Todd
Tue, 06/30/2020 - 3:17pm

Well maybe this is due to the fact that in general their age groups are not affected by it.

Naw
Wed, 07/08/2020 - 12:46pm

Or maybe they believe the president who says it's like the flu and will just disappear.

CWC
Tue, 06/30/2020 - 4:57pm

I wish that this article included some basic facts to rebut the (incorrect) statements that are quoted. The only statement on the effectiveness of masks is "Masks are a proven tool to curb the spread of the coronavirus" -- it's as important to note how they work. They work by preventing an infected person (who may be asymptomatic or pre-symptomatic, but still contagious, unknowingly) from infecting others. They aren't, as Sarah Shetty claims, a personal choice for the protection of the person wearing them. They are a choice to protect everyone around you!

Judy
Wed, 07/01/2020 - 10:52am

The situation is impossible. My son will be a senior at U-M. He has 2 more lab classes to take, which will be in person for part of the semester. He is renting an off-campus apartment with 2 other students. As stated in the article, they had to sign a lease and now will be stuck with paying the rent, regardless of what happens. Given his student loan debt, he doesn't have much choice but to try to get through and graduate on time in the spring.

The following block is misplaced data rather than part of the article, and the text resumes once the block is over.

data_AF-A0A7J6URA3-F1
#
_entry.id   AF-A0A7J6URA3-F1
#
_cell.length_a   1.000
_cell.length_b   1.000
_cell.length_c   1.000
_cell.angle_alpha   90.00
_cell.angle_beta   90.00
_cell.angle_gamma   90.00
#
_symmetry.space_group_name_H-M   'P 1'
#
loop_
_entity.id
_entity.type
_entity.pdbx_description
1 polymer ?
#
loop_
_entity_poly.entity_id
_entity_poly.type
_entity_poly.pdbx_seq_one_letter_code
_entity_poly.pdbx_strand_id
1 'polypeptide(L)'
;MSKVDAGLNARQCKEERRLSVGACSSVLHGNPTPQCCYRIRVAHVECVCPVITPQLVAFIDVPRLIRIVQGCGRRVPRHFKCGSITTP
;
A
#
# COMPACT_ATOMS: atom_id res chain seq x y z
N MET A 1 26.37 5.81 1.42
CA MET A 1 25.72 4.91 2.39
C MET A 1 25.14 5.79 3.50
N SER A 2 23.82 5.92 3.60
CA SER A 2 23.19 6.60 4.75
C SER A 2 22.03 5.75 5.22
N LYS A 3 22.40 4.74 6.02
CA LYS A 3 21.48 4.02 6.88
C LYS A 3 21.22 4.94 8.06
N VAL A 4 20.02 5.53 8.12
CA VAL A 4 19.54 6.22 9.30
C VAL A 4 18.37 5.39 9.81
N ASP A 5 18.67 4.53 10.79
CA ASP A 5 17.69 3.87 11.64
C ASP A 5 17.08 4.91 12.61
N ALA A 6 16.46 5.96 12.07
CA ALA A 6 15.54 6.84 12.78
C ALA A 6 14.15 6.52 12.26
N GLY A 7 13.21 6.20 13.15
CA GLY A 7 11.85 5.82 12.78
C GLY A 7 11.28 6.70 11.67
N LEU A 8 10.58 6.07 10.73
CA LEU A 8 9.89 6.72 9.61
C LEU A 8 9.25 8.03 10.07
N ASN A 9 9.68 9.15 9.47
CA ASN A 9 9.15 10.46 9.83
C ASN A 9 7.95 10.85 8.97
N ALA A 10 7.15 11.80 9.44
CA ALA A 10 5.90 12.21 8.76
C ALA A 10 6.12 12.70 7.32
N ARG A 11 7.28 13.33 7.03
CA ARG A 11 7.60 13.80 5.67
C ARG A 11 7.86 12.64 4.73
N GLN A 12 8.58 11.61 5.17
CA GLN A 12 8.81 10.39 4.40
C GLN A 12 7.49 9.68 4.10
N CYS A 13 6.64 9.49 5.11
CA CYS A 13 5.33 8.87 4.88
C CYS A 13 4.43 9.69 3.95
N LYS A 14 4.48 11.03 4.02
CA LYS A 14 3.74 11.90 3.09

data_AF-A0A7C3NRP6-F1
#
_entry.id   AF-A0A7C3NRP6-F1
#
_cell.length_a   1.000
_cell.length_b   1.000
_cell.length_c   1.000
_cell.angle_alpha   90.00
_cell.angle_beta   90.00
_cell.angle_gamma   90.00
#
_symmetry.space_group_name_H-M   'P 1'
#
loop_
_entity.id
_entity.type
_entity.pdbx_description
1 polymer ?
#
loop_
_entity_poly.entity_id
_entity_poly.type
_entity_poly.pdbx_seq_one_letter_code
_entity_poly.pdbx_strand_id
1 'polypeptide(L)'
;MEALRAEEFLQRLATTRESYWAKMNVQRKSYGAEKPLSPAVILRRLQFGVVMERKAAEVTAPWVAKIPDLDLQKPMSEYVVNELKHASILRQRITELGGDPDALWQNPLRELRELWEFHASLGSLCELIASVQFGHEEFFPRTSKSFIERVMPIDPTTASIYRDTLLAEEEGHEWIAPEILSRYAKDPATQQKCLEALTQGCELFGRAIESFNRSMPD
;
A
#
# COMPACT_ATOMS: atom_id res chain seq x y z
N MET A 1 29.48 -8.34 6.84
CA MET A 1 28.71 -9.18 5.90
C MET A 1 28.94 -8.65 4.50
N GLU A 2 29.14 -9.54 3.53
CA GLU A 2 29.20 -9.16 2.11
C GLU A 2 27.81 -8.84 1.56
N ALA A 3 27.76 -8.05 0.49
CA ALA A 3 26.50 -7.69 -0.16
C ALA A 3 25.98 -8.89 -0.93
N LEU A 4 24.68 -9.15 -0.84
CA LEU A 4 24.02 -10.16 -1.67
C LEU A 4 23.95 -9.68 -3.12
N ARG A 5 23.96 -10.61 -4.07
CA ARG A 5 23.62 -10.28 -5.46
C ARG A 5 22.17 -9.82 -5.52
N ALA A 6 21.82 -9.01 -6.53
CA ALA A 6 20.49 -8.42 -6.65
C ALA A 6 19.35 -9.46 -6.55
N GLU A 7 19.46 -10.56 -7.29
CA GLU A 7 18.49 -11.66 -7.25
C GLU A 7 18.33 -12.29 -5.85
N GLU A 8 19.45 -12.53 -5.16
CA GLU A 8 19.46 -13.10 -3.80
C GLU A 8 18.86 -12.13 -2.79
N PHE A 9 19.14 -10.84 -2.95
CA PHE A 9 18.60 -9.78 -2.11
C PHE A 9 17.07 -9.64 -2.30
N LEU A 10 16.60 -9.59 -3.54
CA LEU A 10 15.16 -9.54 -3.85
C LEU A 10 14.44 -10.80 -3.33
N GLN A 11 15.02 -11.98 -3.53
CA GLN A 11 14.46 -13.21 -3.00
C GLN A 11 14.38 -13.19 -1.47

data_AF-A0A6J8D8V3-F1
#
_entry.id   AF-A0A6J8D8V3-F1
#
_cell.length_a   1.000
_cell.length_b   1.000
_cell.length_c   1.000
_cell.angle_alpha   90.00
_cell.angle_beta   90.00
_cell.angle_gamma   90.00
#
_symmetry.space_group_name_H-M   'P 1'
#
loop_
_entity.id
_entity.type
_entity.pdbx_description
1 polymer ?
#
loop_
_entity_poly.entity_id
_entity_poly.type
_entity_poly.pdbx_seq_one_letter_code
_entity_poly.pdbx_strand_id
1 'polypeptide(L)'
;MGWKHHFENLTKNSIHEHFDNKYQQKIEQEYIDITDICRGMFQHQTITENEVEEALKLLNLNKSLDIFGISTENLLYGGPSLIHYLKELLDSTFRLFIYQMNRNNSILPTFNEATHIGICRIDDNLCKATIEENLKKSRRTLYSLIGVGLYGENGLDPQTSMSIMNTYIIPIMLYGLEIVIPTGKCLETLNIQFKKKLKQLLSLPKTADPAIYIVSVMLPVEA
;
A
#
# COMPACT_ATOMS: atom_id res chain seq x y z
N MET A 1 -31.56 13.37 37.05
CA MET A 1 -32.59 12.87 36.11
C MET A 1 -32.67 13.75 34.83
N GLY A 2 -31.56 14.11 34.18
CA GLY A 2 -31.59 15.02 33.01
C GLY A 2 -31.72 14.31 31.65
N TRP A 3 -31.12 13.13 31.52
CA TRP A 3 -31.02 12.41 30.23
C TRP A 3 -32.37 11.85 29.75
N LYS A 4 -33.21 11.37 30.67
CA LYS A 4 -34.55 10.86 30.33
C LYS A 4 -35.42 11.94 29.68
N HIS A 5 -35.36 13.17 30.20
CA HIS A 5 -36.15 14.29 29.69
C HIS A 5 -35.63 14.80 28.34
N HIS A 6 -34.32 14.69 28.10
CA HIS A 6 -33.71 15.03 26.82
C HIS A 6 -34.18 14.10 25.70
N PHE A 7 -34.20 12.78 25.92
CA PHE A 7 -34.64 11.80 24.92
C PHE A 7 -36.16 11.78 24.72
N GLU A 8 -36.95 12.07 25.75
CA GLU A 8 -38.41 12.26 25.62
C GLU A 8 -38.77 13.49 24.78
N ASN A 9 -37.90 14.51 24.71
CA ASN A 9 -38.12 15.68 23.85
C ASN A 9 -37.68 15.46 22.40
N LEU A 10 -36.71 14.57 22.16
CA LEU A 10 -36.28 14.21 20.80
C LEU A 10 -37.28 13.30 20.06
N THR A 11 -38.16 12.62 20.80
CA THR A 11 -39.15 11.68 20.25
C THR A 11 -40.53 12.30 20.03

In addition, my husband is at high-risk for hospitalization from COVID, so if my son wants to come home for the holidays, he will need to quarantine for 14 days. It's sad that he may not be able to come home for Christmas, but it is what it is. Even if my son is extra-cautious, there are no guarantees on his roommates' and classmates' behavior.

A Yooper
Thu, 07/02/2020 - 12:02pm

Not knowing what his labs are, would it be possible for him to work in those lab "settings" with a company, corporation, etc, and UM could grant credit from this experience? I read nursing students were given credit for labs when they went to work in hospitals to alleviate the the pressure there. Just a thought. Good luck.

Elaina
Wed, 07/08/2020 - 1:02pm

Judy, I hear you. My daughter is a grad student who finished the academic year online and came home to quarantine with us, but she's still locked in a lease for an apartment that sits empty. Her roommate from out of state went back to be with her family for months. They are still paying rent and shared building utilities even though they are not there, just because they think they will have to return to classes in the fall, if only part-time. It's a windfall for slumlords in college towns. This is an undue financial burden caused by people who want us to believe everything will be normal this fall when we know it won't. November can't come fast enough. I so want leadership again for our country. Our national covid response is such a complete international embarrassment. This push to open universities is an appeasement for the Michigan GOP, even though the universities will close within weeks because of outbreaks. You son will be stuck with more unnecessary rental debt and online classwork. Labs will be postponed to some unknown date in the future...... I wish our leaders would stop the economic hemorrhaging that will burden our college students who already face a dismal jobs outlook.